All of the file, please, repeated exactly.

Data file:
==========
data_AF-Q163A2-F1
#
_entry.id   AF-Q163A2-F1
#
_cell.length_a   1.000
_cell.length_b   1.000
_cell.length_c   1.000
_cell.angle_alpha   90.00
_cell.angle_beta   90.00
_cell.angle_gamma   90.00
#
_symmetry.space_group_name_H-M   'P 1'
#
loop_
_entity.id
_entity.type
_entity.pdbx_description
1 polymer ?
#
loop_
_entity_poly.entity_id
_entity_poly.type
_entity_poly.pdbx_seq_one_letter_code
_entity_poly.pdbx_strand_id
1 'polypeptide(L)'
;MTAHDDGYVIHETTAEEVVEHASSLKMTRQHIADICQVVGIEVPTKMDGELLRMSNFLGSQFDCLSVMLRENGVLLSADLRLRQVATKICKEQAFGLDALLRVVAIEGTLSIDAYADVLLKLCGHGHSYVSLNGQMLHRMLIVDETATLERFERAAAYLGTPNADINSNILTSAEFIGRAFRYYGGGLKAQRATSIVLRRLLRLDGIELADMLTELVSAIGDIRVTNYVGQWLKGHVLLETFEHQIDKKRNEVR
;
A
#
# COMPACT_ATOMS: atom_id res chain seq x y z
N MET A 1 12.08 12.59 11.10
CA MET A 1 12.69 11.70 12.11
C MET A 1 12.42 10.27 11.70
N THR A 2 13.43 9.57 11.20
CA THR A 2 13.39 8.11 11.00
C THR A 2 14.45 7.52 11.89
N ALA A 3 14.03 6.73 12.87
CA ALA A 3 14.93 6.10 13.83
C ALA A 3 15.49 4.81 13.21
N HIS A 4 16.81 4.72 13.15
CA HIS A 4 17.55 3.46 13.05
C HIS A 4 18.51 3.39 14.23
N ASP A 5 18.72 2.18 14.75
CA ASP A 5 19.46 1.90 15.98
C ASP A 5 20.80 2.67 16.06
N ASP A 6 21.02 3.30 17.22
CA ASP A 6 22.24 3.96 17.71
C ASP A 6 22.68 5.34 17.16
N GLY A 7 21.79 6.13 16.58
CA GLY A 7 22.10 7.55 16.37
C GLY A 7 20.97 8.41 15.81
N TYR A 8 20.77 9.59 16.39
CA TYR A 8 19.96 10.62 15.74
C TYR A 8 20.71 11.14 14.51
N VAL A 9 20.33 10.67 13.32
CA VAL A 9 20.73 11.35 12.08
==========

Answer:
data_AF-Q163A2-F1
#
_entry.id   AF-Q163A2-F1
#
_cell.length_a   1.000
_cell.length_b   1.000
_cell.length_c   1.000
_cell.angle_alpha   90.00
_cell.angle_beta   90.00
_cell.angle_gamma   90.00
#
_symmetry.space_group_name_H-M   'P 1'
#
loop_
_entity.id
_entity.type
_entity.pdbx_description
1 polymer ?
#
loop_
_entity_poly.entity_id
_entity_poly.type
_entity_poly.pdbx_seq_one_letter_code
_entity_poly.pdbx_strand_id
1 'polypeptide(L)'
;MTAHDDGYVIHETTAEEVVEHASSLKMTRQHIADICQVVGIEVPTKMDGELLRMSNFLGSQFDCLSVMLRENGVLLSADLRLRQVATKICKEQAFGLDALLRVVAIEGTLSIDAYADVLLKLCGHGHSYVSLNGQMLHRMLIVDETATLERFERAAAYLGTPNADINSNILTSAEFIGRAFRYYGGGLKAQRATSIVLRRLLRLDGIELADMLTELVSAIGDIRVTNYVGQWLKGHVLLETFEHQIDKKRNEVR
;
A
#
# COMPACT_ATOMS: atom_id res chain seq x y z
N MET A 1 12.08 12.59 11.10
CA MET A 1 12.69 11.70 12.11
C MET A 1 12.42 10.27 11.70
N THR A 2 13.43 9.57 11.20
CA THR A 2 13.39 8.11 11.00
C THR A 2 14.45 7.52 11.89
N ALA A 3 14.03 6.73 12.87
CA ALA A 3 14.93 6.10 13.83
C ALA A 3 15.49 4.81 13.21
N HIS A 4 16.81 4.72 13.15
CA HIS A 4 17.55 3.46 13.05
C HIS A 4 18.51 3.39 14.23
N ASP A 5 18.72 2.18 14.75
CA ASP A 5 19.46 1.90 15.98
C ASP A 5 20.80 2.67 16.06
N ASP A 6 21.02 3.30 17.22
CA ASP A 6 22.24 3.96 17.71
C ASP A 6 22.68 5.34 17.16
N GLY A 7 21.79 6.13 16.58
CA GLY A 7 22.10 7.55 16.37
C GLY A 7 20.97 8.41 15.81
N TYR A 8 20.77 9.59 16.39
CA TYR A 8 19.96 10.62 15.74
C TYR A 8 20.71 11.14 14.51
N VAL A 9 20.33 10.67 13.32
CA VAL A 9 20.73 11.35 12.08